By Joy Saudargas, RD, LDN, Clinical Nutritionist within the Crozer Keystone Health System
The old adage “calories in versus calories out” used to be the best advice when it came to losing weight or maintaining a healthy weight. And while it’s true that, in order to lose weight, you must burn more calories than you eat, it’s important that you know that not all calories are created equal.
There are tons of low calorie, low fat, low-sugar foods being marketed out there for the purpose of helping people lose weight. But a 100-calorie breakfast bar doesn’t hold the same weight as 100 calories of raw almonds.
First of all, do you know what calories are? According to Department of Agriculture, calories measure the energy a food or beverage provides from the carbohydrates, fat, protein and alcohol it contains.
Calories fuel your body for work and play. In fact, you even need calories to rest and sleep. All food and beverages have a varying amount of calories and nutrients.
Whether your goal is to lose weight or to simply eat healthier, there are some foods out there that offer you a bigger bang for your bite, meaning that not only are they low in calories, but they also contain a healthy dose of essential nutrients your body craves.
Many of the food and drinks Americans consume contain empty calories, which are calories from solid fats and/or added sugars. While solid fats and added sugars add calories to food, they contain few or no nutrients. What it comes down to is getting the right mix of nutrients without too many calories.
The best and most simple food sources that are low in calories but high in nutrients are fruits and vegetables.
Most fruits and vegetables are naturally low in fat, sodium and calories while serving as sources of essential nutrients such as potassium, dietary fiber, vitamin C, vitamin A and folate.
Eating a diet rich in potassium may help you maintain a healthy blood pressure. Fruits rich in potassium include bananas, prunes and prune juice, cantaloupe and honeydew melon. Vegetables high in potassium include sweet potatoes, white potatoes, white beans, beet greens, soybeans, lima beans, spinach, lentils,and kidney beans.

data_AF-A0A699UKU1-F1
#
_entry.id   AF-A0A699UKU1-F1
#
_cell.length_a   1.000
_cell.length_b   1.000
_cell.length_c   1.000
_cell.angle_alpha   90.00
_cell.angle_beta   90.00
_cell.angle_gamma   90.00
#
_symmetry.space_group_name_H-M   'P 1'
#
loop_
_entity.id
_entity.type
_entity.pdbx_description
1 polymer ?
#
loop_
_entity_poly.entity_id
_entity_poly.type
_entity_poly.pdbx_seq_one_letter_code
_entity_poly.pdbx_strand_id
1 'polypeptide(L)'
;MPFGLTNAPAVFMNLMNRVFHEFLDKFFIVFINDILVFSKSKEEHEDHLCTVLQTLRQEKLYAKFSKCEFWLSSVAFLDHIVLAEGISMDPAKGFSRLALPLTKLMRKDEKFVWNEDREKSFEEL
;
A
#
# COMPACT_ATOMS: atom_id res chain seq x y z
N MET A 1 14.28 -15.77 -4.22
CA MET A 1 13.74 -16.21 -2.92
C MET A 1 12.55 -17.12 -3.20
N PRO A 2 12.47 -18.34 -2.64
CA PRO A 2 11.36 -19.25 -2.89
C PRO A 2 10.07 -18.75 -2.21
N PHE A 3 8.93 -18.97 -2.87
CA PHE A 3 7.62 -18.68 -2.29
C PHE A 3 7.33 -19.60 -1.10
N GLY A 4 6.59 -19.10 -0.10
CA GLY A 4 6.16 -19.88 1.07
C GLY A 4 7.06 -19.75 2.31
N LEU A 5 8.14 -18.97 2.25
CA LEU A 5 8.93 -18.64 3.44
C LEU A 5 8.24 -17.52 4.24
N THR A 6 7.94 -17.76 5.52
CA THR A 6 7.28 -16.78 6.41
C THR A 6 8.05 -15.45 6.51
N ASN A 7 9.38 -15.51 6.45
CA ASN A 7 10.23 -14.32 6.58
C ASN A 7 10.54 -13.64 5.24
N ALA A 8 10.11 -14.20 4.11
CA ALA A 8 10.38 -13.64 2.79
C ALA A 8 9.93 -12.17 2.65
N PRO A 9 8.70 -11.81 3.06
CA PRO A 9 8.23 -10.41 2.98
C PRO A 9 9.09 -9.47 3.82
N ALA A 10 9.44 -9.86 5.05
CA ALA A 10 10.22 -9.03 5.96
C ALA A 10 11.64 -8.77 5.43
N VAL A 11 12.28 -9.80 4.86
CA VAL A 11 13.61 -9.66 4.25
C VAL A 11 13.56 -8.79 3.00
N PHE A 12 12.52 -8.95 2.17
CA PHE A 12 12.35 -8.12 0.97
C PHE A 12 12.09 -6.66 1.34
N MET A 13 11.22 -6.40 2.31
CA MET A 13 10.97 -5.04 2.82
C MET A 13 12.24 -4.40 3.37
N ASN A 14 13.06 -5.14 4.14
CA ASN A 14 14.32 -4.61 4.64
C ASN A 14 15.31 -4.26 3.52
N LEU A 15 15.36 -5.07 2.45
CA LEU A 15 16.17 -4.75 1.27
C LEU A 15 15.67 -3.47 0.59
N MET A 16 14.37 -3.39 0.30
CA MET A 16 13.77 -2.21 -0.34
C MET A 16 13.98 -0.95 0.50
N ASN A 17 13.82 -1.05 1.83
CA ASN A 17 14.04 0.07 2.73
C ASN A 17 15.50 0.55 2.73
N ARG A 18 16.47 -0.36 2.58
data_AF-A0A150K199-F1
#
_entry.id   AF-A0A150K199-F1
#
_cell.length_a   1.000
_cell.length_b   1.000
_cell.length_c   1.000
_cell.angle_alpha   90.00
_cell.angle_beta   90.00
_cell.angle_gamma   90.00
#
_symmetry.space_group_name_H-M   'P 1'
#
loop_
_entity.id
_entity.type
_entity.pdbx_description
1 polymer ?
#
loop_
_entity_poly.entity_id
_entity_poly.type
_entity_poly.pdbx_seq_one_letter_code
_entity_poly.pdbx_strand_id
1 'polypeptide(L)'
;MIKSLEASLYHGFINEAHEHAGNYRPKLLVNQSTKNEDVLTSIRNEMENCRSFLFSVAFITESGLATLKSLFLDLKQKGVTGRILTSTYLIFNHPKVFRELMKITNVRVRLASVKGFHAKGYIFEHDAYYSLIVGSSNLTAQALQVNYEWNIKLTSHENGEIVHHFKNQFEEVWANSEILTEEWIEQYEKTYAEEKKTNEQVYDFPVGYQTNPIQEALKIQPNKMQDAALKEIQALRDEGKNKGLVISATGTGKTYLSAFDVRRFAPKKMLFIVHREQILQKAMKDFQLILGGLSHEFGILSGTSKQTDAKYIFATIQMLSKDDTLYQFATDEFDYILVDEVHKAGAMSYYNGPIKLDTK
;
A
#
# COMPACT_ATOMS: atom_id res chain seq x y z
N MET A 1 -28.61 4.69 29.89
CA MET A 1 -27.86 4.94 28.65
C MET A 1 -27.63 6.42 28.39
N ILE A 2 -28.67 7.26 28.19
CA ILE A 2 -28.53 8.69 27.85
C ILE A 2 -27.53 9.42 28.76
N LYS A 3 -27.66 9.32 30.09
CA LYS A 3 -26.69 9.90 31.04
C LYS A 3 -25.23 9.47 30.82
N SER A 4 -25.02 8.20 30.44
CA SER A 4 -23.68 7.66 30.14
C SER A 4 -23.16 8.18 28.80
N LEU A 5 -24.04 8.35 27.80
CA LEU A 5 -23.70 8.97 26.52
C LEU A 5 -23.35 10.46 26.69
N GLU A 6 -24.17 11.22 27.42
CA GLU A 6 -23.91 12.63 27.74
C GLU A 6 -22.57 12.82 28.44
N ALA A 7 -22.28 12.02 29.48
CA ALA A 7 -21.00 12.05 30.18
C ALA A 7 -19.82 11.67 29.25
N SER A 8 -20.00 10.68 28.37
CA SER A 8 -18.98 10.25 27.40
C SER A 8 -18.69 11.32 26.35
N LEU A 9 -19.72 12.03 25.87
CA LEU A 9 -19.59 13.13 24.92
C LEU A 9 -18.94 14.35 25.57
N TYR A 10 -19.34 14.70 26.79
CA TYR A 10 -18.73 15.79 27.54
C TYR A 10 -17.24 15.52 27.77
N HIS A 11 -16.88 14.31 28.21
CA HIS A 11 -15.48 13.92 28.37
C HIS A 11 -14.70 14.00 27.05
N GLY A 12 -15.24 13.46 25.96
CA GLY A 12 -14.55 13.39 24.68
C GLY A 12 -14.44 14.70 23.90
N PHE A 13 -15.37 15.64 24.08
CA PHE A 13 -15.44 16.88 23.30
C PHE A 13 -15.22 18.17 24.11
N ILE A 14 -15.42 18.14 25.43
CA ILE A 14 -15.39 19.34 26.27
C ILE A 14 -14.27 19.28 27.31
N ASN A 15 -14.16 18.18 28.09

Dietary fiber from fruits and vegetables can help reduce blood cholesterol levels, lower the risk of heart disease and is essential for proper bowel function. Fruits high in fiber include apples, bananas, oranges, strawberries, raspberries as well as exotic fruits like mangos, persimmons and guavas. When it comes to high-fiber veggies, take a look at their color – in general, the darker the color, the higher the fiber content. That means you should be on the lookout for carrots, beets, broccoli, collard greens, Swiss chard, spinach and artichokes. Russet, red and sweet potatoes are also high in fiber, but make sure you eat the skin too! The other benefit of high fiber fruits and vegetables? They help you feel full longer with fewer calories.
Folate and folic acid help your body form red blood cells and, for pregnant women, reduce the risk of birth defects. Citrus fruits, especially oranges, contain a high amount of folate, in addition to strawberries, papaya and grapefruit. Dark leafy vegetables like spinach are high in folate as well as Brussel sprouts, asparagus, avocados, celery and squash.
Vitamin A keeps your eyes and skin healthy, protecting you from infections. Get your vitamin A fix from tomatoes, watermelon, fresh or dried apricots, cabbage, plums and romaine lettuce.
And vitamin C helps heal cuts and wounds, keeps your teeth and gums healthy and aids in iron absorption. Get vitamin C from cauliflower, kiwi, bell peppers, blackberries, radishes, oranges, pineapples and onions.